I keep my hands and my right foot exactly where they were before, and with my left foot back in the same position as my right one, I find myself in the plank. Just like a wooden board, my entire back is supposed to make a straight line, from my heels to my head. If it doesn't come across quite properly in this image, it's because I'm not doing it right! But bear with me, I think I'll be getting there soon.
From the plank I lower myself into the push-up position. In Spanish, a push-up is called lagartija which means lizard (apparently, for the push-up like movements of these little reptiles).
What's more important here, is the Cobra position, which means lifting my upper torso up from the ground, as far as I can. It's essential not to push with my hands, but to do all the lifting in my back.
God is Great
Okay, I have no idea what this position is called, but it reminds of praying Muslims. What's important here, is pushing my butt all the way back onto my heels, while walking my hands as far as I can forward. This gives my entire back a nice stretch.
After stretching my back well, I raise myself into the mountain (a.k.a. downward dog) position, making sure my head forms a straight line with my back between my shoulders.
I start ending this sequence with putting my left foot forward, mirroring the ready - set position, just with the other foot forward.
Finally, I move my right foot up too, and now I can really stretch my back, as well as my legs. Every time I exhale, I push my knees back, and pull my elbows toward my knees too. As much I can feel my calves and thighs here, my back is also getting stretched.
90 Degree Back
Before I raise myself into upright position, I perform this 90 degree stretch, where I put my upper body at a right angle to my my lower one (making sure my head plays the part). Once again, gotta do it right, and I know I have some room for improvement.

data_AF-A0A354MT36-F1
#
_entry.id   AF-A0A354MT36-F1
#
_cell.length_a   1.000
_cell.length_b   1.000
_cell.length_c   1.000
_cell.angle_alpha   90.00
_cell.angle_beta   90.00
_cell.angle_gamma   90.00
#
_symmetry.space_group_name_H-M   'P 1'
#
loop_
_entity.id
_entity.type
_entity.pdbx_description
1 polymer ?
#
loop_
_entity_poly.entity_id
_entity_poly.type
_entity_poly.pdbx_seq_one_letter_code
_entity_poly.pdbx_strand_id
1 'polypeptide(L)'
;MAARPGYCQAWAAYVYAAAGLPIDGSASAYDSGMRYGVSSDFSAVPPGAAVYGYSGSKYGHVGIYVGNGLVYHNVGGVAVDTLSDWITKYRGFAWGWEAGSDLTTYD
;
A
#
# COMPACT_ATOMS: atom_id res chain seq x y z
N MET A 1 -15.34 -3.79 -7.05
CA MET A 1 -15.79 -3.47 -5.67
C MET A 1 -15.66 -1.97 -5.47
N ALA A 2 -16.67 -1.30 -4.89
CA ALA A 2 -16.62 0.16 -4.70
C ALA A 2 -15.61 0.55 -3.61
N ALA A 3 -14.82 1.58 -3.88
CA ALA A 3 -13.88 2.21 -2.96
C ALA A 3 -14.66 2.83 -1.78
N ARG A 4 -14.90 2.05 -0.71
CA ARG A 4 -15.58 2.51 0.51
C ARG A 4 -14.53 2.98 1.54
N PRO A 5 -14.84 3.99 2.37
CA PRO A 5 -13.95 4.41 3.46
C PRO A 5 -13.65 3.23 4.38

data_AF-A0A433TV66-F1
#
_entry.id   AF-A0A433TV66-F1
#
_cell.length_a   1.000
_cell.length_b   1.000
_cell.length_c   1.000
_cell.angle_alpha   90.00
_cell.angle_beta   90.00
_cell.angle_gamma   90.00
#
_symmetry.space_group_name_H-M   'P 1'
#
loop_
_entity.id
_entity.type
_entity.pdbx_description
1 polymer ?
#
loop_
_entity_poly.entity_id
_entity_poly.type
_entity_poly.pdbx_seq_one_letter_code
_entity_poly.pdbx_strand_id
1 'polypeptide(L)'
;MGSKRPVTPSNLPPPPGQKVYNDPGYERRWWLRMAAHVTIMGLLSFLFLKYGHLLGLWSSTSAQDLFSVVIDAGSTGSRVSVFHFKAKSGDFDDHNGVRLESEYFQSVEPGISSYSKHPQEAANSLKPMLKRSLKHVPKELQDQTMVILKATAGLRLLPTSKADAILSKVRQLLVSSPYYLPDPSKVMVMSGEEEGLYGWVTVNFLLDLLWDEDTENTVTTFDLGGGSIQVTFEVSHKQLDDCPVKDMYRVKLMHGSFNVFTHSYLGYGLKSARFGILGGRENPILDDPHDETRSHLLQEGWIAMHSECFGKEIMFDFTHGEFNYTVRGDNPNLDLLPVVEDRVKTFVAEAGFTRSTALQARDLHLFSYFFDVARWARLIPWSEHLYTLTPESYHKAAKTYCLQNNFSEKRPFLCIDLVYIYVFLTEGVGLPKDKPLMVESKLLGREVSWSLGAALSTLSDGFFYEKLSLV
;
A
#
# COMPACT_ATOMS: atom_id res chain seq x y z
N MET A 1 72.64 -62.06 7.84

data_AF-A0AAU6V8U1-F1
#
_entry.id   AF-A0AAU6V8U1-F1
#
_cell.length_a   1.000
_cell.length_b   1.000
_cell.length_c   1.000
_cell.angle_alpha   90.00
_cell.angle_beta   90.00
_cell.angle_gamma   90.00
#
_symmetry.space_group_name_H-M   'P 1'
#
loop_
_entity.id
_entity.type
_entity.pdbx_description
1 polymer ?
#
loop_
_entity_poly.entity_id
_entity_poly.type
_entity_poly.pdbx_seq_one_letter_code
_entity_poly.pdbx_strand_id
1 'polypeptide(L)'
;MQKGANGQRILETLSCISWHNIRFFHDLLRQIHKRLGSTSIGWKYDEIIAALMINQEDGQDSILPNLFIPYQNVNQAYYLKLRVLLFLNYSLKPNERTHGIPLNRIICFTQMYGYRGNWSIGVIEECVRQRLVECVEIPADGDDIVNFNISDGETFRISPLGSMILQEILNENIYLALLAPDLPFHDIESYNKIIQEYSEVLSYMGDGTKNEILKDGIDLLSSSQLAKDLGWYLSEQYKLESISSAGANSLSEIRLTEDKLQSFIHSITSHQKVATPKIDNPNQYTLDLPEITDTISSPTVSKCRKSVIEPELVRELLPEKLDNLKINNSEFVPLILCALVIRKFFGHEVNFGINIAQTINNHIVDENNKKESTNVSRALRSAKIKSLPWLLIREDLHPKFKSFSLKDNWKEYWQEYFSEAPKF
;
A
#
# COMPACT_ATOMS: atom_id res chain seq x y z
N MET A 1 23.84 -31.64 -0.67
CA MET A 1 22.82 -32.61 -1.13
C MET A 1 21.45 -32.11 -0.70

Unrolling My Body
As I finally lift up my body, I make sure to do it slowly, vertebra by vertebra, leaving my head for last. For some reason, this part of the sequence always fills me with so much peace and contentment. But the whole exercise is far from over. I will have to repeat this again, starting with my left leg and closing with the right. And then comes the modified Sun Salutation.
Same With an Upright Back
I'm not going to include a pic for the same sequence again, except for the modified part: that is, when I push one foot back, I keep my upper body straight. This will come in very handy in the next stretch.
Get Down, Get Down
Oh, how I love this one! Feeling it in my thighs, on both sides, I really like to stretch myself out properly here. Putting all my weight straight down, I exhale slowly, and feel it in my legs. This one is also great for bike trips!
The only thing left after these sequences, is The Warrior pose, which you can get into from the previous stance, where you pull one foot back. You turn your back foot 90 degrees to the front one, and stretch both arms out, forming a straight line. Next you turn your back, placing your front arm by the inside of your front foot, pointing the back arm skywards, letting your eyes follow it upward.
Of course you have to include it into the sequence, and repeat on the other side. But this is it: A nice 30 minute stretch-out, perfect for maintaining your flexibility, and keeping your body from growing too rigid while getting involved in strenuous physical work, such as pounding tires. Something I plan on making part of my daily routine.
Please let me know if you liked it, or even if you didn't, and what you would like to include here.